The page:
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Virginia is test state for program that shares gun data

September 16, 2013 | Virginia News

News Image Test succeeds in state, and authorities plan to expand federal program elsewhere

BY MARK BOWES | Richmond Times-Dispatch

Virginia has become the test state for a planned nationally linked program that will allow every law enforcement agency in the commonwealth — if they choose to participate — instant access to a shared database of records on recovered crime guns and investigative traces of those weapons.

In the eight weeks since the program was launched, 25 of Virginia's 352 state and local law enforcement agencies have signed agreements to share crime gun trace data with their participating state colleagues through an enhancement of the U.S. Bureau of Alcohol, Tobacco, Firearms and Explosives’ eTrace system, an Internet-based firearms tracing and analysis initiative.

The shared information can help authorities link a suspect to a firearm in a criminal investigation, identify potential gun traffickers and straw purchasers, and detect intrastate patterns regarding the sources and types of weapons used in crimes.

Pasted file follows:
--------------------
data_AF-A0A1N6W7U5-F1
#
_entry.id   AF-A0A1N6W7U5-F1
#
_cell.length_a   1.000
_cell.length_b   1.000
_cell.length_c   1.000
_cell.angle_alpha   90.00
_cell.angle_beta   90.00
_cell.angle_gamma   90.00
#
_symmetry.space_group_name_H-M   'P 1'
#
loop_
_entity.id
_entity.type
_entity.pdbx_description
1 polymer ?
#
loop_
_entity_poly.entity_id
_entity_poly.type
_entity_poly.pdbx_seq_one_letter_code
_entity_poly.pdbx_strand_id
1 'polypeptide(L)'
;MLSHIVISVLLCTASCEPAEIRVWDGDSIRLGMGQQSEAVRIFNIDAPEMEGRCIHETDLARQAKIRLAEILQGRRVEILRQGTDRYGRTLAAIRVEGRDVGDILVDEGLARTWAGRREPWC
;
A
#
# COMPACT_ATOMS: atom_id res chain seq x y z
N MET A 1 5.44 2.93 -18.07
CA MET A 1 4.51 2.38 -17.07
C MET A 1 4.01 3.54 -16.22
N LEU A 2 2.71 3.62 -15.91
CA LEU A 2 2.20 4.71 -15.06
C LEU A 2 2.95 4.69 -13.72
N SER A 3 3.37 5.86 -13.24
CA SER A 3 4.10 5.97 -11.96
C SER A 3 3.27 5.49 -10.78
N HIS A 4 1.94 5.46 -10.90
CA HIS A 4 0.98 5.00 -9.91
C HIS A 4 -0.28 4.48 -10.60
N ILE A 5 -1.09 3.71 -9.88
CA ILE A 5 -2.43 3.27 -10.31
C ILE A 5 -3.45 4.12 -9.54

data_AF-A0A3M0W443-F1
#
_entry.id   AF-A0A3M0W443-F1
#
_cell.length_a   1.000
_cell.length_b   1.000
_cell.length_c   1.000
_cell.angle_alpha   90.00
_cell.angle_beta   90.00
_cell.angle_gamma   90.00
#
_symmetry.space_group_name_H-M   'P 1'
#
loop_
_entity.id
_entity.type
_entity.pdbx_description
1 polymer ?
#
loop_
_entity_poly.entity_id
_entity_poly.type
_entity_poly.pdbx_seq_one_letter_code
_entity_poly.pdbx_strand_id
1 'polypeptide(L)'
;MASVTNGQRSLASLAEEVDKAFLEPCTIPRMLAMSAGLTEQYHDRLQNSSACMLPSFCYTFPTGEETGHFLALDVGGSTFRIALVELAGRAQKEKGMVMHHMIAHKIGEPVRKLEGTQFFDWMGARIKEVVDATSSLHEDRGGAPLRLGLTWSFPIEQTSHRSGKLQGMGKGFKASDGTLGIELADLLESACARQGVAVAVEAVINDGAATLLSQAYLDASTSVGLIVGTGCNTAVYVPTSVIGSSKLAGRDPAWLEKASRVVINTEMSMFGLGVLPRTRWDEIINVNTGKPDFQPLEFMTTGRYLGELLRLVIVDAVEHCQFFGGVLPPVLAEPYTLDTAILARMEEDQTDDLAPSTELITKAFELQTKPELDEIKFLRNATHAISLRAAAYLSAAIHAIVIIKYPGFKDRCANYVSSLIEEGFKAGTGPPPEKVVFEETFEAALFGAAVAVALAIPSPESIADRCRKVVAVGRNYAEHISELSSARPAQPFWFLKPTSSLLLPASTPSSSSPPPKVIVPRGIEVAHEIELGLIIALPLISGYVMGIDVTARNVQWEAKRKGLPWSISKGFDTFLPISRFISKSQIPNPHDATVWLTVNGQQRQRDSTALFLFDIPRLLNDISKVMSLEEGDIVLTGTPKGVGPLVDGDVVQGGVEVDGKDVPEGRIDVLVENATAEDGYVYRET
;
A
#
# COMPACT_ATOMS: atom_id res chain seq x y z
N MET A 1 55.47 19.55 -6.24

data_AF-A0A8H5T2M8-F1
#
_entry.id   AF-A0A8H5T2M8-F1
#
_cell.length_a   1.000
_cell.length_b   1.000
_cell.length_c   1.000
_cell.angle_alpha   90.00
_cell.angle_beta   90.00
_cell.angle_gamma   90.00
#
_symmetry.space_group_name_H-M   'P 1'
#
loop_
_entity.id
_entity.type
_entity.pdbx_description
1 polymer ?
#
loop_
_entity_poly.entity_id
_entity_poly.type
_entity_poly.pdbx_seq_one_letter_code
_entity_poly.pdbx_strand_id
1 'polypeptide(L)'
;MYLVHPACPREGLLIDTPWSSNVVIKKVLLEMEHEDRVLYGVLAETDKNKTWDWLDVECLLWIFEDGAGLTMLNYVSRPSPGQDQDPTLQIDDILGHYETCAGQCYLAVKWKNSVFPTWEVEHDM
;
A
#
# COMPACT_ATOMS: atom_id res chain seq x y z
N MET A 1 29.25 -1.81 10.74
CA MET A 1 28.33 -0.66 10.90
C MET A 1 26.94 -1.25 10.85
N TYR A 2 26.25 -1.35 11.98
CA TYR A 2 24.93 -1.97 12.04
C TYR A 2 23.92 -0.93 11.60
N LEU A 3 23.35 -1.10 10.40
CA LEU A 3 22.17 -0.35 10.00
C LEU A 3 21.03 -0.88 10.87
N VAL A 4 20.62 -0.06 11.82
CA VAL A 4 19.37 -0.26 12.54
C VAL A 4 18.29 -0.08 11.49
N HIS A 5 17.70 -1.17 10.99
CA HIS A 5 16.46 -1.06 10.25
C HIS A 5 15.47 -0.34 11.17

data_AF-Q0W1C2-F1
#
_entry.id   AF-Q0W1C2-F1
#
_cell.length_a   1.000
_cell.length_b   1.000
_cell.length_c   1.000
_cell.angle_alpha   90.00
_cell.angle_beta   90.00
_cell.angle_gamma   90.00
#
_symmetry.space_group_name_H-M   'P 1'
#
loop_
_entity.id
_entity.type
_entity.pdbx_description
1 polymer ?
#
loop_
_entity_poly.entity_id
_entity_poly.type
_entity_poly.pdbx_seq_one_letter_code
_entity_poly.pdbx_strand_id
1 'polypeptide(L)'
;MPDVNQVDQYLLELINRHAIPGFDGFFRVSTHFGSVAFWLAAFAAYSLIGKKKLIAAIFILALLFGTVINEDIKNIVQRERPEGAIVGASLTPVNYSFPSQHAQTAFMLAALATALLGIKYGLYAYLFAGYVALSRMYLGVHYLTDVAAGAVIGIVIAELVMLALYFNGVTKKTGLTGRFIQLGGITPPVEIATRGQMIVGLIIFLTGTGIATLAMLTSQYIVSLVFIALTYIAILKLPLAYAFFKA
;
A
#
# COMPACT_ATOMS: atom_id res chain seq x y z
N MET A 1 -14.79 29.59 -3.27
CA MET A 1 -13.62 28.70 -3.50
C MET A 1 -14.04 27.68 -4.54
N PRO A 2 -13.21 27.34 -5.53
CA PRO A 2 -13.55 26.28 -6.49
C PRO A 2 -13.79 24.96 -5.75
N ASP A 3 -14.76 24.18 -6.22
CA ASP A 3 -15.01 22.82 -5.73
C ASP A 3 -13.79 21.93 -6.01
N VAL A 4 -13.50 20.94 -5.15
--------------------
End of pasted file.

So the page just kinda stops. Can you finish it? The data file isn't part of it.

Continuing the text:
“It’s basically a pay-to-play system,” said April Carroll of the ATF’s eTracing unit, in explaining how police agencies must share their data to receive information in return. “If you opt in, you have access to all the other pool of data for all the other agencies that have also chosen to opt in. So it’s reciprocal, and the data is immediately available and it’s instantaneous sharing.”

The Virginia initiative, which started in mid-July as a first-of-its-kind pilot program, is an expansion of the federal Electronic Tracing System based at the ATF’s National Tracing Center in Martinsburg, W.Va.

Authorities have deemed Virginia’s start a success and are in the planning stages of expanding the program to other states. Illinois and Maryland are next in line, Carroll said.

Once other states come online, participating law enforcement agencies could collectively share trace information well beyond their states’ borders. But for now, Virginia’s system is limited to in-state use.

“In the past, if a firearm was trafficked from Chesterfield into the city of Richmond, the city of Richmond and Chesterfield County may not know that that firearm had been trafficked from one jurisdiction to the next,” said Melissa Merola, resident agent in charge of the ATF’s central Virginia office. “So by the new opt-in (provision) that we share through our eTracing system, local agencies and state agencies can make choices and agree to share the data with one another.

“And it’s a free resource to every agency.” ...

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